“A lot of people say die Nutella because it’s like the Italian ella, but others say der Nutella because they think of the German word der Aufstrich, which. means ‘spread’. And then there are people who say das Nutella because it’s a foreign word so they say it must be das.”

Although the makers of Nutella have never revealed the gender of the word so perhaps everyone is right in this case..

A German as a foreign language dictionary.

A German as a foreign language language dictionary, which always comes in handy to find those pesky articles for nouns. Photo: picture alliance / dpa | Oliver Berg

And then there are the words that change their meaning depending on the article that definitely confuse Germans (as well as foreigners, no doubt).

“A few words in German are known as Genuswechsel (gender change),” said Peries. “These are words that change their meaning when they change gender.”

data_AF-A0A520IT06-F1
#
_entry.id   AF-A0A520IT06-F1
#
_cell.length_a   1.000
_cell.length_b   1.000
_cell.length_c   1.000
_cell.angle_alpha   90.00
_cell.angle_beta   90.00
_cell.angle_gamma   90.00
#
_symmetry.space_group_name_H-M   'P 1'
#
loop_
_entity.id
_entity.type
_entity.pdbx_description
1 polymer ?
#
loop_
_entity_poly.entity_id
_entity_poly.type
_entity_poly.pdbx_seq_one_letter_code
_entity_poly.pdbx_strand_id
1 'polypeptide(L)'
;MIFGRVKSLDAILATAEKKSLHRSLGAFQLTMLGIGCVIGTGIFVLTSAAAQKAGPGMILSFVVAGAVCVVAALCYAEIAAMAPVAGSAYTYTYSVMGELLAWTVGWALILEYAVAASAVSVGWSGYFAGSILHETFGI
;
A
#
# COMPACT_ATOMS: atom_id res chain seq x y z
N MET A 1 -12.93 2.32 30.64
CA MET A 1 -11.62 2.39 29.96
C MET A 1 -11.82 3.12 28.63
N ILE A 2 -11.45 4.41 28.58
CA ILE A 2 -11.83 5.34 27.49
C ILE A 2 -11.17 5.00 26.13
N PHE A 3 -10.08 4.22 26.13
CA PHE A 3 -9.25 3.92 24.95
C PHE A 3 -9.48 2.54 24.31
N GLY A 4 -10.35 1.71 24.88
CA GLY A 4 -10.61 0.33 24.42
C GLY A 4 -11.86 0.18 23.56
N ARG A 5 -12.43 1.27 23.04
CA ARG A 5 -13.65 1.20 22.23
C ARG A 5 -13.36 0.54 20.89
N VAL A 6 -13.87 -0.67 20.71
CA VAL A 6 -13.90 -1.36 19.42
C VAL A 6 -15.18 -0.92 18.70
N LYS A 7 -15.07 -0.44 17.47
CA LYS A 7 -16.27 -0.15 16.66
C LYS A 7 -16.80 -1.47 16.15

Peries highlighted the word der Verdienst, which means earnings or income, and das Verdienst, which means merit or credit. 

So you could say:

Der Verdienst für die Stelle war zu niedrig.

The income for the job was too low


Es ist das Verdienst der Eltern, dass das Kind so gut erzogen ist.

It is to the credit of the parents that the child is so well brought up.


Language teachers advise students to look out for recurring themes when it comes to identifying the gender of words. 

“These patterns help you learn about 70 to 75 percent of the articles,” said Peries, citing the example of words ending in -ung being feminine, like die Rechnung (invoice/bill).

Nouns ending in -schaft-keit or -heit also use the article die. Nouns ending in -er like der Sommer (the summer) are usually masculine. While most nouns starting with Ge- are neuter, for example das Gespräch (the conversation), as well as words ending in -chen like das Kaninchen (rabbit).